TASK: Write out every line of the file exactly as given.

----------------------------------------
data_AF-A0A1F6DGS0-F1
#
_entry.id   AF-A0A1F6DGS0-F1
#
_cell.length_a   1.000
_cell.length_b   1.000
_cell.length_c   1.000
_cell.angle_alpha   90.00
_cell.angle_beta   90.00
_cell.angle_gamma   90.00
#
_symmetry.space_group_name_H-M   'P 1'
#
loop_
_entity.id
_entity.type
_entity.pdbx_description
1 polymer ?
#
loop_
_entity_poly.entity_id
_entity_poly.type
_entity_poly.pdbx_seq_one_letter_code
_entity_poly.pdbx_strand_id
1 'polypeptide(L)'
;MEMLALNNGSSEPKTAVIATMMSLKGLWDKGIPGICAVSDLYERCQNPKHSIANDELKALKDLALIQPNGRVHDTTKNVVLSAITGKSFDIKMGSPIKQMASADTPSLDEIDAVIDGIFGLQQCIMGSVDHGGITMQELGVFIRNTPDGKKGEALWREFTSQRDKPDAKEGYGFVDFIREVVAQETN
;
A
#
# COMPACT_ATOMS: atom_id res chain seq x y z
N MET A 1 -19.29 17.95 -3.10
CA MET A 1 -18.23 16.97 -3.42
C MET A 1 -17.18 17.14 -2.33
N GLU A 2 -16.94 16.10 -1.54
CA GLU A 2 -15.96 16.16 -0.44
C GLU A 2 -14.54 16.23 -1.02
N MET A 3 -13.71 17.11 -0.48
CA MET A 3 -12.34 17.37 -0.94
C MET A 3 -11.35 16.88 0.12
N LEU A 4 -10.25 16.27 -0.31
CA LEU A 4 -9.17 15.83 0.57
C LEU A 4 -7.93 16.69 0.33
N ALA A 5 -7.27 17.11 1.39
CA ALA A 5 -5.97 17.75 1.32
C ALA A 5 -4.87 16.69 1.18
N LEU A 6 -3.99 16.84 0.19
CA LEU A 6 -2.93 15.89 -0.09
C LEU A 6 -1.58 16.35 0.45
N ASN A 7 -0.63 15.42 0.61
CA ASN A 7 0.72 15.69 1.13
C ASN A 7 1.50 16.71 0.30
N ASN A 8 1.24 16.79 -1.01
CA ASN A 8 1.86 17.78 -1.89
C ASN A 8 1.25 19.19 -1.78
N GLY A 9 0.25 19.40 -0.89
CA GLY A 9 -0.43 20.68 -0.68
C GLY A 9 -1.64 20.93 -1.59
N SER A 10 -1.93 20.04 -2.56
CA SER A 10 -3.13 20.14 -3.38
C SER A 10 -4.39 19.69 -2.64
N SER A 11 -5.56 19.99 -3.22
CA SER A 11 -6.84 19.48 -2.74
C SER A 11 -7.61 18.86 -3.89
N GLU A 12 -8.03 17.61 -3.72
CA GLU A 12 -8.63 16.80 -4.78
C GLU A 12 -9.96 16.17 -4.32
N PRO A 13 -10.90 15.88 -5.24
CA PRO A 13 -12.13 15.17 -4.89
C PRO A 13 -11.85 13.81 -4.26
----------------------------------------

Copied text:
data_AF-A0A1F6DGS0-F1
#
_entry.id   AF-A0A1F6DGS0-F1
#
_cell.length_a   1.000
_cell.length_b   1.000
_cell.length_c   1.000
_cell.angle_alpha   90.00
_cell.angle_beta   90.00
_cell.angle_gamma   90.00
#
_symmetry.space_group_name_H-M   'P 1'
#
loop_
_entity.id
_entity.type
_entity.pdbx_description
1 polymer ?
#
loop_
_entity_poly.entity_id
_entity_poly.type
_entity_poly.pdbx_seq_one_letter_code
_entity_poly.pdbx_strand_id
1 'polypeptide(L)'
;MEMLALNNGSSEPKTAVIATMMSLKGLWDKGIPGICAVSDLYERCQNPKHSIANDELKALKDLALIQPNGRVHDTTKNVVLSAITGKSFDIKMGSPIKQMASADTPSLDEIDAVIDGIFGLQQCIMGSVDHGGITMQELGVFIRNTPDGKKGEALWREFTSQRDKPDAKEGYGFVDFIREVVAQETN
;
A
#
# COMPACT_ATOMS: atom_id res chain seq x y z
N MET A 1 -19.29 17.95 -3.10
CA MET A 1 -18.23 16.97 -3.42
C MET A 1 -17.18 17.14 -2.33
N GLU A 2 -16.94 16.10 -1.54
CA GLU A 2 -15.96 16.16 -0.44
C GLU A 2 -14.54 16.23 -1.02
N MET A 3 -13.71 17.11 -0.48
CA MET A 3 -12.34 17.37 -0.94
C MET A 3 -11.35 16.88 0.12
N LEU A 4 -10.25 16.27 -0.31
CA LEU A 4 -9.17 15.83 0.57
C LEU A 4 -7.93 16.69 0.33
N ALA A 5 -7.27 17.11 1.39
CA ALA A 5 -5.97 17.75 1.32
C ALA A 5 -4.87 16.69 1.18
N LEU A 6 -3.99 16.84 0.19
CA LEU A 6 -2.93 15.89 -0.09
C LEU A 6 -1.58 16.35 0.45
N ASN A 7 -0.63 15.42 0.61
CA ASN A 7 0.72 15.69 1.13
C ASN A 7 1.50 16.71 0.30
N ASN A 8 1.24 16.79 -1.01
CA ASN A 8 1.86 17.78 -1.89
C ASN A 8 1.25 19.19 -1.78
N GLY A 9 0.25 19.40 -0.89
CA GLY A 9 -0.43 20.68 -0.68
C GLY A 9 -1.64 20.93 -1.59
N SER A 10 -1.93 20.04 -2.56
CA SER A 10 -3.13 20.14 -3.38
C SER A 10 -4.39 19.69 -2.64
N SER A 11 -5.56 19.99 -3.22
CA SER A 11 -6.84 19.48 -2.74
C SER A 11 -7.61 18.86 -3.89
N GLU A 12 -8.03 17.61 -3.72
CA GLU A 12 -8.63 16.80 -4.78
C GLU A 12 -9.96 16.17 -4.32
N PRO A 13 -10.90 15.88 -5.24
CA PRO A 13 -12.13 15.17 -4.89
C PRO A 13 -11.85 13.81 -4.26